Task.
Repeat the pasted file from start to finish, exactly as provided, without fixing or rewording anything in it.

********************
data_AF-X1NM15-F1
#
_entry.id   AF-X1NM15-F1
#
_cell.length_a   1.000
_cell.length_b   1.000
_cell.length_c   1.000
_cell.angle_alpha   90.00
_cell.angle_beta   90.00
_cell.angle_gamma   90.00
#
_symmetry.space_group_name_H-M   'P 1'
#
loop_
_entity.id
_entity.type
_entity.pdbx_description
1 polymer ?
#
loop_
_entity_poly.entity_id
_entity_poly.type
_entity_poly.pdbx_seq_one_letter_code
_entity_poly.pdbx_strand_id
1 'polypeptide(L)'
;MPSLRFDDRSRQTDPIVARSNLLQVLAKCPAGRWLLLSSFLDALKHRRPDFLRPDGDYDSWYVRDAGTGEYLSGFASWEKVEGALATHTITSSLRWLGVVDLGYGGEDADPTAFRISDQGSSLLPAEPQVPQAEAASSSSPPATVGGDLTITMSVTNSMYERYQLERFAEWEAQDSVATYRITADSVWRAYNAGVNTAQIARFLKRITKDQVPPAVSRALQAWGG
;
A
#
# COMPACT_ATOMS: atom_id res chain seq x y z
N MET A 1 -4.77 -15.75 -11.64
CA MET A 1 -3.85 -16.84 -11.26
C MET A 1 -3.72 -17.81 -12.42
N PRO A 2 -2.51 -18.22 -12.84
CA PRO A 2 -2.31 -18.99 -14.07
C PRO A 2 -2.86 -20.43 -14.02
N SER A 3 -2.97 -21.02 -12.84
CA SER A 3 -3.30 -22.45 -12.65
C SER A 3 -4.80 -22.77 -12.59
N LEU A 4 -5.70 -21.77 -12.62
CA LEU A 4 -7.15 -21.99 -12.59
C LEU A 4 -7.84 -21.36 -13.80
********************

data_AF-X1NM15-F1
#
_entry.id   AF-X1NM15-F1
#
_cell.length_a   1.000
_cell.length_b   1.000
_cell.length_c   1.000
_cell.angle_alpha   90.00
_cell.angle_beta   90.00
_cell.angle_gamma   90.00
#
_symmetry.space_group_name_H-M   'P 1'
#
loop_
_entity.id
_entity.type
_entity.pdbx_description
1 polymer ?
#
loop_
_entity_poly.entity_id
_entity_poly.type
_entity_poly.pdbx_seq_one_letter_code
_entity_poly.pdbx_strand_id
1 'polypeptide(L)'
;MPSLRFDDRSRQTDPIVARSNLLQVLAKCPAGRWLLLSSFLDALKHRRPDFLRPDGDYDSWYVRDAGTGEYLSGFASWEKVEGALATHTITSSLRWLGVVDLGYGGEDADPTAFRISDQGSSLLPAEPQVPQAEAASSSSPPATVGGDLTITMSVTNSMYERYQLERFAEWEAQDSVATYRITADSVWRAYNAGVNTAQIARFLKRITKDQVPPAVSRALQAWGG
;
A
#
# COMPACT_ATOMS: atom_id res chain seq x y z
N MET A 1 -4.77 -15.75 -11.64
CA MET A 1 -3.85 -16.84 -11.26
C MET A 1 -3.72 -17.81 -12.42
N PRO A 2 -2.51 -18.22 -12.84
CA PRO A 2 -2.31 -18.99 -14.07
C PRO A 2 -2.86 -20.43 -14.02
N SER A 3 -2.97 -21.02 -12.84
CA SER A 3 -3.30 -22.45 -12.65
C SER A 3 -4.80 -22.77 -12.59
N LEU A 4 -5.70 -21.77 -12.62
CA LEU A 4 -7.15 -21.99 -12.59
C LEU A 4 -7.84 -21.36 -13.80